For many of us, the loud rapid croaking of peeper frogs fills the Spring air. Varieties of the thumb-sizer peeper, or chorus, or tree frogs occupy a North American range almost from the Arctic circle to the Equator.
However often you’ve heard the peeper frogs, it’s unlikely that you’ve seen very many of them. They are tiny, stealthy, and come in hard to spot camo colors.
They assemble each spring to mate in shallow ponds and creeks,
This diary tells the frogs’ Spring story, with pictures, so you can see what all the ribbet-ing is about.
This year, the male frogs arrived 4 days later than last year, in Early March. They staked out places around my backyard pond and began their 100-decibel “trademark” call which is a Rib-bet croaking sound.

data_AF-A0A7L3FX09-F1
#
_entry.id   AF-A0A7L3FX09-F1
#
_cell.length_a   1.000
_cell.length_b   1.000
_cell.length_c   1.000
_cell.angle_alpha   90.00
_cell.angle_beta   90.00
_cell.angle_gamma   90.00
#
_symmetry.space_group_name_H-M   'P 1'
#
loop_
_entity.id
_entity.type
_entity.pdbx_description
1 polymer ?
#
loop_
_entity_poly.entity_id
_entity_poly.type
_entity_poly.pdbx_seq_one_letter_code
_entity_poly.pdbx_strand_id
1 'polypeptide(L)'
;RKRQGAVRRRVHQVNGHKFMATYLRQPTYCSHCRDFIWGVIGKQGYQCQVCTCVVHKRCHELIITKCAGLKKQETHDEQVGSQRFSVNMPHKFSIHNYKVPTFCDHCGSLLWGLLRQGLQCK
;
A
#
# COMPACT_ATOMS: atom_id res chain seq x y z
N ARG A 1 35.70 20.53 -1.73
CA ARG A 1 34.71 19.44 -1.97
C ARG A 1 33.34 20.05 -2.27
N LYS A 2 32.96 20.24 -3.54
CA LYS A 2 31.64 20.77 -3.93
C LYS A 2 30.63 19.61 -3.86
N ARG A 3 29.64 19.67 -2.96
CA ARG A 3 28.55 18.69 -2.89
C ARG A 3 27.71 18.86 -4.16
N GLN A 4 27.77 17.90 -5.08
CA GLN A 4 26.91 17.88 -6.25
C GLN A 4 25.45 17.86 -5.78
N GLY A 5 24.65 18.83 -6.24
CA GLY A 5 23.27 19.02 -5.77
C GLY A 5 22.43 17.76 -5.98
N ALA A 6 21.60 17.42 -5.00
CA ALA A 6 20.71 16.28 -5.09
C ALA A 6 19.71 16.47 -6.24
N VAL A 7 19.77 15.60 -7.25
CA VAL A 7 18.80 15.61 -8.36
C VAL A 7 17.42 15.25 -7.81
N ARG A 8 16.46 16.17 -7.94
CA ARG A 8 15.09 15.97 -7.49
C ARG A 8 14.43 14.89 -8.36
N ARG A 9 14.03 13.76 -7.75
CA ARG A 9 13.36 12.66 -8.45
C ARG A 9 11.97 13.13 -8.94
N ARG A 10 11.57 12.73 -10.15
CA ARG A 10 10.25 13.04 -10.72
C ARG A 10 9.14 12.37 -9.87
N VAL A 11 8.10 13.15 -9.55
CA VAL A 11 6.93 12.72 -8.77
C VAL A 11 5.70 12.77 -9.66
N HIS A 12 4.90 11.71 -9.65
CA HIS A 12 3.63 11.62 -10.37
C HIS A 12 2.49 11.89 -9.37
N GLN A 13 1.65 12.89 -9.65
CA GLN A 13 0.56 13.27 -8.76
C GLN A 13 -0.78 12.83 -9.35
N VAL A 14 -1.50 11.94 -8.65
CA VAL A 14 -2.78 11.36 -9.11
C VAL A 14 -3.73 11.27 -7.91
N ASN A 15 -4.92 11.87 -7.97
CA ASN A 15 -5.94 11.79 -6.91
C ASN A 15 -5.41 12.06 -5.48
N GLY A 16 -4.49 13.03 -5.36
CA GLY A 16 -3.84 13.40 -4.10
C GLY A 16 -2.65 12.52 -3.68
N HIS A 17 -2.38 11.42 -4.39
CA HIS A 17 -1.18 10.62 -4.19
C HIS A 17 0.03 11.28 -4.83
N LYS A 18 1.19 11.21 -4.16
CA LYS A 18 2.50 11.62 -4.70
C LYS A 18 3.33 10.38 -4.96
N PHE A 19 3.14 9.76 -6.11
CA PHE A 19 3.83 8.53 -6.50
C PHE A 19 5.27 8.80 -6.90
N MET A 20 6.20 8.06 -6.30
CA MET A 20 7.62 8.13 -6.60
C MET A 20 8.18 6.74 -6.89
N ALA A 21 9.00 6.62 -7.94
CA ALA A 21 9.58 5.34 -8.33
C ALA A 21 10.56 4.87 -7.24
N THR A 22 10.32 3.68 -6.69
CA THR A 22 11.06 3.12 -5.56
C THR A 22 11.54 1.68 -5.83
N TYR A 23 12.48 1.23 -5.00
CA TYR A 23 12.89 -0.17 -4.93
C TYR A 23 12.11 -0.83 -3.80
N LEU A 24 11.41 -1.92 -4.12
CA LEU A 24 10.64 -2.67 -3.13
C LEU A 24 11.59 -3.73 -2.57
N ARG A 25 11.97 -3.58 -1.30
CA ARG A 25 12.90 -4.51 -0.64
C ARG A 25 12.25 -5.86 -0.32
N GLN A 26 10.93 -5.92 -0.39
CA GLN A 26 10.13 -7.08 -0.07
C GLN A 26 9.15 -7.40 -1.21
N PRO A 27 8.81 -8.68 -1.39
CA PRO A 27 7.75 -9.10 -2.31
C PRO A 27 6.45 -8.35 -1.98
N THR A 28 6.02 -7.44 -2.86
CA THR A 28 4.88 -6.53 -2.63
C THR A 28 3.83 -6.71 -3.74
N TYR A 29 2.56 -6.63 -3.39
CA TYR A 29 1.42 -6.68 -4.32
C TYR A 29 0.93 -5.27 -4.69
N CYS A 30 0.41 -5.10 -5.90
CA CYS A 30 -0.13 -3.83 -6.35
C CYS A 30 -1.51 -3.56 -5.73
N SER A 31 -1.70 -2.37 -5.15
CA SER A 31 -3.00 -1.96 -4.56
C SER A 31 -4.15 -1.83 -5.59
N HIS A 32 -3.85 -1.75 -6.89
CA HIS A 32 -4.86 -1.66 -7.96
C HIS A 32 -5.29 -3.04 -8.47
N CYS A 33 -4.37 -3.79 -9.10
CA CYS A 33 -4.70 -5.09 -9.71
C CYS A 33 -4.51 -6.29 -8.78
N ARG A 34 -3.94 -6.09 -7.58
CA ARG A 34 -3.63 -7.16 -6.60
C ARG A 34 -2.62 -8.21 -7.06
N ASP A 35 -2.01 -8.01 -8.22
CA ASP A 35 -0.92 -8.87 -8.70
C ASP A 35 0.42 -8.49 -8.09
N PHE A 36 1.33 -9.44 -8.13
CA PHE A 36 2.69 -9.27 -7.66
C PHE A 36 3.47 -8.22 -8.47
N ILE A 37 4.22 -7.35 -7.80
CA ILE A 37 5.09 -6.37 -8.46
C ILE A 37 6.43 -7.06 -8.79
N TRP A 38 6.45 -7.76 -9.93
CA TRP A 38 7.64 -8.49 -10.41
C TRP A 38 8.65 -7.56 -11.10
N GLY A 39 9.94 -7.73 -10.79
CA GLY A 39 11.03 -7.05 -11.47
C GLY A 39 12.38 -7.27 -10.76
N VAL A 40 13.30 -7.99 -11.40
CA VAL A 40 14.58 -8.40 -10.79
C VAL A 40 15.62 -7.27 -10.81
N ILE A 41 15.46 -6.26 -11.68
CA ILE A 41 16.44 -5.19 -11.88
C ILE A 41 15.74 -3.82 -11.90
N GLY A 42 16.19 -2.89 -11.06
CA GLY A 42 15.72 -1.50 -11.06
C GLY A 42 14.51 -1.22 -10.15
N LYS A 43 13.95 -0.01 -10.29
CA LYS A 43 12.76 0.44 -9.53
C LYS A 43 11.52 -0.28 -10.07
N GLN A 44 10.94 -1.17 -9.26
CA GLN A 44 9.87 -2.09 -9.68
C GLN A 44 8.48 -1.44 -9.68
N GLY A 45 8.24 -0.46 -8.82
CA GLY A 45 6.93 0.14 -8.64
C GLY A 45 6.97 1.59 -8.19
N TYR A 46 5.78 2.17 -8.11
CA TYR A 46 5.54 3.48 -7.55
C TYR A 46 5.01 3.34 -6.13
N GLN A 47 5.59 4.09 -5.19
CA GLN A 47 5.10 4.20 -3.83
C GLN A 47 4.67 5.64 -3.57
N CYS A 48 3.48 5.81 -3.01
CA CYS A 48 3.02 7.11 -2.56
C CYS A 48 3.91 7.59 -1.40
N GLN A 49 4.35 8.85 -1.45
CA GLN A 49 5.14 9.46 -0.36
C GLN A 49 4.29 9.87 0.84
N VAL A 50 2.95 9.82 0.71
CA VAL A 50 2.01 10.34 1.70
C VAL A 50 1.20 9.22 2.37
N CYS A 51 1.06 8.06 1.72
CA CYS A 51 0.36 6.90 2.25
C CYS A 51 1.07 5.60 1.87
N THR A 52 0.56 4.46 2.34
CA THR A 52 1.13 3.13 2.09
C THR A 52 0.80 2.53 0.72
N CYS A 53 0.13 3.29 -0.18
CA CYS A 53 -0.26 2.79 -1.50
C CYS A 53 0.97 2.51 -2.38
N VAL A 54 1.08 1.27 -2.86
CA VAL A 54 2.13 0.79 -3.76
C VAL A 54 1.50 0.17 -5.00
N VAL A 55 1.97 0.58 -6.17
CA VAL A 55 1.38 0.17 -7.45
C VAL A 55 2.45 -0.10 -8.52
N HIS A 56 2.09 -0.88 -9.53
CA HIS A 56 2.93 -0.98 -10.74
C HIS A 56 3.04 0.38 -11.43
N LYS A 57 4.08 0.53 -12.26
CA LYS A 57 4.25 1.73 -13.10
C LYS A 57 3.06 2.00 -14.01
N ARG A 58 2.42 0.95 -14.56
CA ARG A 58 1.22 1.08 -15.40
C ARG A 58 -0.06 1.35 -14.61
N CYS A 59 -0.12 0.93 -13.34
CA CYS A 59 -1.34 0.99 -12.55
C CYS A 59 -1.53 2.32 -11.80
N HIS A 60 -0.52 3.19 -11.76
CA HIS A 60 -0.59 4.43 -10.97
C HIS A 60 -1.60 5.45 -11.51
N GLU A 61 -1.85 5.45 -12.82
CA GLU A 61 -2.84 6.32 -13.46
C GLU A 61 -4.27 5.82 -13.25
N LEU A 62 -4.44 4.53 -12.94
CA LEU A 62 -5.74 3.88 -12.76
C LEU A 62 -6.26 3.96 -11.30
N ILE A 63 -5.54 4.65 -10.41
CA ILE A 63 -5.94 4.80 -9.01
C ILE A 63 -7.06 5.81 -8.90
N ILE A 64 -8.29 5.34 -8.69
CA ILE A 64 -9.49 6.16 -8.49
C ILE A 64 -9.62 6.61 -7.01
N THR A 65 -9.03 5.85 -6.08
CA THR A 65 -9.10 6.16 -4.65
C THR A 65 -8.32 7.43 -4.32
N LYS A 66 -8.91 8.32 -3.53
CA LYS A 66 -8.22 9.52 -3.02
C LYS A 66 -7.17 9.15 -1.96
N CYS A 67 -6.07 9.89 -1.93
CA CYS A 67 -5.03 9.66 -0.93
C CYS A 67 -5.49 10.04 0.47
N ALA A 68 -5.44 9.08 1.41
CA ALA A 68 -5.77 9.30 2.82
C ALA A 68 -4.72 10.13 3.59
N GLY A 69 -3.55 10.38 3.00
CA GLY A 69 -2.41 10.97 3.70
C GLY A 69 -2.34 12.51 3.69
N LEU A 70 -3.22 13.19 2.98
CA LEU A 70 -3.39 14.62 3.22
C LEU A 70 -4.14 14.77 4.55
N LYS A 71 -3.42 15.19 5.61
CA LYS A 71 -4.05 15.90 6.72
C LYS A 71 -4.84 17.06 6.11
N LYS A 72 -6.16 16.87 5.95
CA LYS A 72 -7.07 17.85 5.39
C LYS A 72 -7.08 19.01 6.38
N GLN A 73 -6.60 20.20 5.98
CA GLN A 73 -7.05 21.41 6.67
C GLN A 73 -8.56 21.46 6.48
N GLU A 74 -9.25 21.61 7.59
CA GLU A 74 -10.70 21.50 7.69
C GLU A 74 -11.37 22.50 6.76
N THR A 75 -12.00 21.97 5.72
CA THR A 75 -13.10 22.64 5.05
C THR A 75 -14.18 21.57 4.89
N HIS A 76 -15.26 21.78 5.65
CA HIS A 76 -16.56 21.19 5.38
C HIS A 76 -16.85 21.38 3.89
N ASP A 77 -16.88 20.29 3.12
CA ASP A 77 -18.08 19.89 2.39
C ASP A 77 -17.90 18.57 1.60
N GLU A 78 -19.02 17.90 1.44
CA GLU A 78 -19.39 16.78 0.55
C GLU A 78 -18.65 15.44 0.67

The females gather, listen, and choose mates.
This year, the largest, bright green female ever appeared; she’s in the first picture above. Below are more commonly colored brown chorus frogs during mating season.
Now it’s your turn.
You’ve been reading The Daily Bucket,
a nature refuge.
We amicably discuss frogs, animals, weather, climate, soil, plants, waters, and life’s patterns.
We discuss what we see in each Bucket.
We value all observations. Please comment about your own natural area, and include photos if possible. We love photos!
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Thanks for reading;
What have you noted in your area or travels? Any pretty birds at the feeders?
Please post your observations and general location in your comments. I’ll check back by lunchtime.